Much of West Texas and the Panhandle received rain, but the drought isn't officially over, said Dr. Billy Warrick, Texas AgriLife Extension Service agronomist based in San Angelo.
"For this part of Texas, the statement generally is that the rainfall just interrupted the constant drought," said Warrick, whose responsibilities range from Brownwood to El Paso.
The cotton under irrigation looks very good, though it's late, Warrick said. Dryland cotton in his region had mostly failed, but with the rain, producers are trying to take advantage of a narrow window of opportunity and replant. The rain also brought up a lot of volunteer cotton, which will have to be dealt with before replanting can continue, he noted.
"I did make a Fourth-of-July run up to Hereford and through Lubbock, Big Spring and Lamesa, and you're looking at a lot of cotton country there," he said. "For the most part, I did not see any cotton that was as far along as I was expecting. Overall, I'd say we're two weeks behind."
It will be September before anyone can give an accurate yield prediction of this year's crop, Warrick said.
The following summaries were compiled by AgriLife Extension district reporters this week:
CENTRAL: Soil moisture levels throughout the district were short to very short. Conditions were hot and dry. Temperatures in the upper 90s and winds exacerbated the drought stress on forages. Grasses slowed down or quit growing altogether. Stock tank levels dropped, and hay yields were low. Crops that once looked promising now look disappointing.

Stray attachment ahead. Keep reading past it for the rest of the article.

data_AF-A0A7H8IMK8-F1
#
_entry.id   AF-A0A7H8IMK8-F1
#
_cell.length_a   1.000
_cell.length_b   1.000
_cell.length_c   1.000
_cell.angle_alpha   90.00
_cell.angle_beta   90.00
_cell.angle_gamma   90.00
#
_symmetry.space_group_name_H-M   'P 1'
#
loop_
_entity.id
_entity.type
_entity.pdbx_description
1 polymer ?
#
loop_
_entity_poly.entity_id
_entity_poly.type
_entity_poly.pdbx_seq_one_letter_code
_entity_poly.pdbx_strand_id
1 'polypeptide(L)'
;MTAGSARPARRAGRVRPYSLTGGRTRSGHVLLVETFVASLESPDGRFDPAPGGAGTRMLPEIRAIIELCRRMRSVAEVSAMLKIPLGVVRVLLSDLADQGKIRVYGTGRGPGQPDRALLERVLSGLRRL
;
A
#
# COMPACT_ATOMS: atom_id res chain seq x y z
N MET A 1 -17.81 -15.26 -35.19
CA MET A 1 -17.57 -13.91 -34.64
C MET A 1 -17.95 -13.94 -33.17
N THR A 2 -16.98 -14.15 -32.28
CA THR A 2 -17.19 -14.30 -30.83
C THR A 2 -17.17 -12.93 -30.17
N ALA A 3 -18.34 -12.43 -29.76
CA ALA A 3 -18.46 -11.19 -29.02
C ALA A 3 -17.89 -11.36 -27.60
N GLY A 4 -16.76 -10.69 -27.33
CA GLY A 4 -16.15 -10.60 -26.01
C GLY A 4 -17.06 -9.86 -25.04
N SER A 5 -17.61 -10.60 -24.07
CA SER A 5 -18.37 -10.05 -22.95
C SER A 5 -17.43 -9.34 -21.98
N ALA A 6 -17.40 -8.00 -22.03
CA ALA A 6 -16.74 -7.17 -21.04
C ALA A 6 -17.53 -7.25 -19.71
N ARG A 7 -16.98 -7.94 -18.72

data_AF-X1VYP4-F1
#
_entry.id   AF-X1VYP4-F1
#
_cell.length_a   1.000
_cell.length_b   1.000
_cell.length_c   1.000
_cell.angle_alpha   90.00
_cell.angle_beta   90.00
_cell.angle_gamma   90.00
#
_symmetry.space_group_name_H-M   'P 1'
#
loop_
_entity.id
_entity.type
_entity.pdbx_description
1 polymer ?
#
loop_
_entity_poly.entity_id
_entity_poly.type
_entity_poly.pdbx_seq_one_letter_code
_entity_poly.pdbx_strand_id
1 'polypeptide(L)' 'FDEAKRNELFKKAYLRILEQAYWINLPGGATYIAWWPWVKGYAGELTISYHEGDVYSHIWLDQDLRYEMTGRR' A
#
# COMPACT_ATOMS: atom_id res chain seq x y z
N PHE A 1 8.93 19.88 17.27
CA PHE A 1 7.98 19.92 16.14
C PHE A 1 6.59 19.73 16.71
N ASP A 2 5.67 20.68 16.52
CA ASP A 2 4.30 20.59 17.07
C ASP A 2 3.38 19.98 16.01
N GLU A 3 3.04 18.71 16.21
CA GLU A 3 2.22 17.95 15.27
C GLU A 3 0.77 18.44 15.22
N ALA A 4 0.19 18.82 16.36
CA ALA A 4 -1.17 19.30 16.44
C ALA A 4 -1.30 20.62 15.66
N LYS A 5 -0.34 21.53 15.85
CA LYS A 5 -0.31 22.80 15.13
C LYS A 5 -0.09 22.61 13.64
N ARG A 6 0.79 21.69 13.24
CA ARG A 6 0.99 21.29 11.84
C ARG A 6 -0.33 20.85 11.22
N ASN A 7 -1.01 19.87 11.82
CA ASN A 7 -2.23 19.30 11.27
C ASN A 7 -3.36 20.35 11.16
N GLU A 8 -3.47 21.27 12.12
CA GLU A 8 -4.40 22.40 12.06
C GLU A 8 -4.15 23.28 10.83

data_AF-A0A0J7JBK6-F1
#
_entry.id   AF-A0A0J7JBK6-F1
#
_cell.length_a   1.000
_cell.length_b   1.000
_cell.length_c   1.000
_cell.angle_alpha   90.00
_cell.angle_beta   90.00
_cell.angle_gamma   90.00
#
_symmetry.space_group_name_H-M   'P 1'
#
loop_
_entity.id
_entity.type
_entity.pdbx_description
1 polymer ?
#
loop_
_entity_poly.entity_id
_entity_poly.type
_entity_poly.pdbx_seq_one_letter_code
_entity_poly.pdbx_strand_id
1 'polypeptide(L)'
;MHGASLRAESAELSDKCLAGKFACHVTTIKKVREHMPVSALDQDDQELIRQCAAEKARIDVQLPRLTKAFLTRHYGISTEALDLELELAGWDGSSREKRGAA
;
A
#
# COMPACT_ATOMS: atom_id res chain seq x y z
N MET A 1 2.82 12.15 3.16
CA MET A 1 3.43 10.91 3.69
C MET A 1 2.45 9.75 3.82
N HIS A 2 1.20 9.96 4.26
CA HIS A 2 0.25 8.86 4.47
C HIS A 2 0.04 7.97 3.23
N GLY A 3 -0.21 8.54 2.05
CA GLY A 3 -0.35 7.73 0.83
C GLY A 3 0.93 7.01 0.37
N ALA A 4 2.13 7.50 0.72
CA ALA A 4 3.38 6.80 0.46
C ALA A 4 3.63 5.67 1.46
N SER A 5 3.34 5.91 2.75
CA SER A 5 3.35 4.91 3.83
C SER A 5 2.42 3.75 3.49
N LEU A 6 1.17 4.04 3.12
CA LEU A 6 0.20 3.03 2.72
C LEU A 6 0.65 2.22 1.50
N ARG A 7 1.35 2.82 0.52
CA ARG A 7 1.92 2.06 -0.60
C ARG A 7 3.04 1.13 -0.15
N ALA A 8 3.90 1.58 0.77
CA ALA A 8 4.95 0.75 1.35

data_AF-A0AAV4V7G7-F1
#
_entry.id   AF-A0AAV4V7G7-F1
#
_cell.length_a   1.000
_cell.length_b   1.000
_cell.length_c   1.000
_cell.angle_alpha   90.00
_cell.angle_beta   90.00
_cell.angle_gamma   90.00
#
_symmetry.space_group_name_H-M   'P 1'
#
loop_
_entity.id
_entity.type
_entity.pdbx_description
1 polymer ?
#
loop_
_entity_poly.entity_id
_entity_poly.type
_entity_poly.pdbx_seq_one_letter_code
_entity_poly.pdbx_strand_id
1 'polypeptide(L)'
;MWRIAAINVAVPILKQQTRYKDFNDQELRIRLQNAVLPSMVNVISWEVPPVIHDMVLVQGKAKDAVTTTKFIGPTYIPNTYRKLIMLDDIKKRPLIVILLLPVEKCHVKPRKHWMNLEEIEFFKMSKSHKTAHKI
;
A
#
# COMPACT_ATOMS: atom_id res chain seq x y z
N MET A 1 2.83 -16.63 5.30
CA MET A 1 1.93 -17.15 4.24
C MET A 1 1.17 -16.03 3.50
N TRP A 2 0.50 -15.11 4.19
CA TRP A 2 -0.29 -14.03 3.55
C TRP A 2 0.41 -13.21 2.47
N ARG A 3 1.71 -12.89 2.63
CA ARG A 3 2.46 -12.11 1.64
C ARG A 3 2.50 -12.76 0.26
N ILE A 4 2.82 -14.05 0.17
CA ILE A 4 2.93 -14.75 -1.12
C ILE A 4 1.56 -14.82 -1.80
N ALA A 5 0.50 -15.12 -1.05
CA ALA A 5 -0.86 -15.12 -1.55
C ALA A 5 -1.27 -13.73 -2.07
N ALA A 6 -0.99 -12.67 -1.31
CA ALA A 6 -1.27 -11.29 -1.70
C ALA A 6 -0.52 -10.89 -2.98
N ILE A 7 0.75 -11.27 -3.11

COASTAL BEND: Much of the region received rain, slowing the harvesting of grain crops. Cotton bolls began to open. In the western part of the district, livestock still required supplemental feeding.
EAST: Two inches of rain came, bringing relief to some dry counties. Others remained dry. Winds dried topsoil, and pastures began to show stress where no rain was received. Hay harvesting continued but decreased fertilization lowered qualities and quantity. Livestock were in fair to good condition. Vegetable production continued, but temperatures in the 90s slowed production. Insects and disease damage were reported on vegetables, as well as fruit-set problems because of high temperatures. Feral hogs continued to be active in Trinity County.
FAR WEST: Rain fell throughout the district with accumulations of 0.2 to 6 inches, prompting farmers to plant grain sorghum on failed dryland cotton fields. Corn, cotton and winter wheat were in fair to good condition. Cotton was squaring with good development. The third cutting of alfalfa was completed. Fall-planted onions were in the intermediate bulb stage. Pecan-nut development was good, though the second generation of pecan-nut case bearer emerged. Chiles bloomed with good development. Shrimp were on track for an October harvest.
NORTH: Soil moisture ranged from adequate to short, which was about as good as can be expected for early July. Highs were in the mid-90s with high humidity. Some areas received a little rain, keeping soil moisture at fair levels and helping crops. Corn silked and appeared in good condition. Soybeans, cotton and sorghum were also in good condition. The winter wheat and oat harvests were completed. For much of the region, the warm, dry weather allowed hay harvests to continue. Most forage producers made a second cutting of hay. Cattle were in good condition. Peach trees looked good with no diseases reported. Range and pastures were in good condition.